21 Jun, 2024

Writing

2 mins read

Reading and writing go together. Scribbling and writing help children learn that written words stand for spoken language. Fingerplays, action rhymes, and playing with toys help develop hand muscles which help children get ready to hold writing implements.

Babies & Young Toddlers

  • Encourage activities that help with the “pincer grasp.” The pincer grasp helps children use their thumb and index finger to pick up items, which will help with holding a pen or pencil in the future. Try placing safe foods like a soft banana, dry cereal like cheerios, or cooked carrot, near them, and have them reach to pick them up.
  • Get messy while eating! Draw with yummy yogurt, make a masterpiece with baby food, or snack on squishy food. As your child gets older, eating solid foods with their fingers helps develop fine motor skills too!
  • Provide soft toys for your child to squish and maneuver, or blocks to stack. These activities help to strengthen hands and fingers and work on hand-eye coordination that will help with future writing skills.
  • Blow bubbles! Encourage your little one to follow the bubbles with their eyes or try to pop the bubbles while you hold the wand still. As they get older, they can try popping the bubbles with their hands. This helps develop eye tracking skills, develops gross motor skills (big movements), small motor skills (small movements), and strengthens hand-eye coordination which are all important when reading and writing.
  • Scribbling is the beginning form of writing.  Provide safe tools, like crayons or safe paint, and let your child see their actions on paper.  Talk to your child about what they drew or “scribbled” so they begin to understand that random marks can represent ideas or meanings.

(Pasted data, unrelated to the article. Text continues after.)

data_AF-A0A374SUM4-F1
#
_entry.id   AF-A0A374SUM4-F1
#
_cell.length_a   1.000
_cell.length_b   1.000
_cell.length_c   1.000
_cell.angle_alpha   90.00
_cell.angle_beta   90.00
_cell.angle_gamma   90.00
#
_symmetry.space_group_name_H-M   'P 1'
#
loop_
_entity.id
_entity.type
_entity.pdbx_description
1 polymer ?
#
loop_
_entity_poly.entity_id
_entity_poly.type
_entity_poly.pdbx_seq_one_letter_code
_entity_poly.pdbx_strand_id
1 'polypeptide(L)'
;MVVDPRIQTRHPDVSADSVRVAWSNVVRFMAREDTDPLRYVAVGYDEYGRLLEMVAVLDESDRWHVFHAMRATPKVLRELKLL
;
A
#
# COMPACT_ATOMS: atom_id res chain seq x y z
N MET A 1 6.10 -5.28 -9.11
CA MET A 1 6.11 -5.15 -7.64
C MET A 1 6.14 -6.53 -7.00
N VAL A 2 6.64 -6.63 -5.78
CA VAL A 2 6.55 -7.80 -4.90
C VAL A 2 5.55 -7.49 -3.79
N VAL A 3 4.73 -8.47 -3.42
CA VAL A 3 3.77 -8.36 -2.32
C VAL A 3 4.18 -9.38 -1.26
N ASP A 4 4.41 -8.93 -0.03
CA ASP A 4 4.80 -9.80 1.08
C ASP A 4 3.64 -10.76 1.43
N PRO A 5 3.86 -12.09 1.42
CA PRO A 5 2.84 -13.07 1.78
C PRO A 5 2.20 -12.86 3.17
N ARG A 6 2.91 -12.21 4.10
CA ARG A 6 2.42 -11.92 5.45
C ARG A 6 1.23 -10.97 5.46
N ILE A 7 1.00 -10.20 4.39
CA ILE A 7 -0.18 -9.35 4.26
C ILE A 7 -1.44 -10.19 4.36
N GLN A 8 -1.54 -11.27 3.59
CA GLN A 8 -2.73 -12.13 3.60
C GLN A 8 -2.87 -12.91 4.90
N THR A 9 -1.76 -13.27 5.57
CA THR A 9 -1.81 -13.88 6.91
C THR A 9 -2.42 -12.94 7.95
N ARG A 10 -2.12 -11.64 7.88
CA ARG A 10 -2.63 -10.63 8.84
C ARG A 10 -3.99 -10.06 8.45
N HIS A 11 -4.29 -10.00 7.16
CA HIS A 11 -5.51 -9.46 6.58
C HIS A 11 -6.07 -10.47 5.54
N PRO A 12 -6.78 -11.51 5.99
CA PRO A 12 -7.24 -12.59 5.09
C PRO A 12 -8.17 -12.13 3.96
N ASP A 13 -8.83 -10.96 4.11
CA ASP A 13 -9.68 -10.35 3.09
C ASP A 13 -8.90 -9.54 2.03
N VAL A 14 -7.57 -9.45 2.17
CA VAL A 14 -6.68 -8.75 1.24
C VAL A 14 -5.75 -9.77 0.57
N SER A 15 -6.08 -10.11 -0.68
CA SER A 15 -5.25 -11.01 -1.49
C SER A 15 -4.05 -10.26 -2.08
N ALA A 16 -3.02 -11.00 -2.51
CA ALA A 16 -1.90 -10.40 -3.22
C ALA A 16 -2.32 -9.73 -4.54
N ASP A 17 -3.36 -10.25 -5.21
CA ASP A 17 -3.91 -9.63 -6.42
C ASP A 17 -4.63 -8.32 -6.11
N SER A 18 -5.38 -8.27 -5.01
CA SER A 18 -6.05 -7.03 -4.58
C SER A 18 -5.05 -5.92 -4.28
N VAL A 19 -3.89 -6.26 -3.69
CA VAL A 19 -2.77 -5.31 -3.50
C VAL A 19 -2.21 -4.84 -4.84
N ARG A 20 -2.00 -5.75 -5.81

Older Toddlers & Preschool Children

  • Ask your child draw a picture, and then have them tell you about what they drew. Suggest to them to try and draw three pictures: one beginning, middle, and end. This also helps strengthen hand-eye coordination, and encourages narrative skills when they are describing their drawing.
  • Try playing with play dough, and have your child make shapes, along with letters and numbers. This will introduce them to writing along with increasing hand-eye movement, and large and small motor skills.
  • Have your child trace shapes, numbers, and letters with finger paint, in the sand, or with shaving cream. This strengthens hand-eye coordination which are important when reading and writing. 

Check out our Early Literacy Tips series of blog posts here for additional activities to get your child ready to read.

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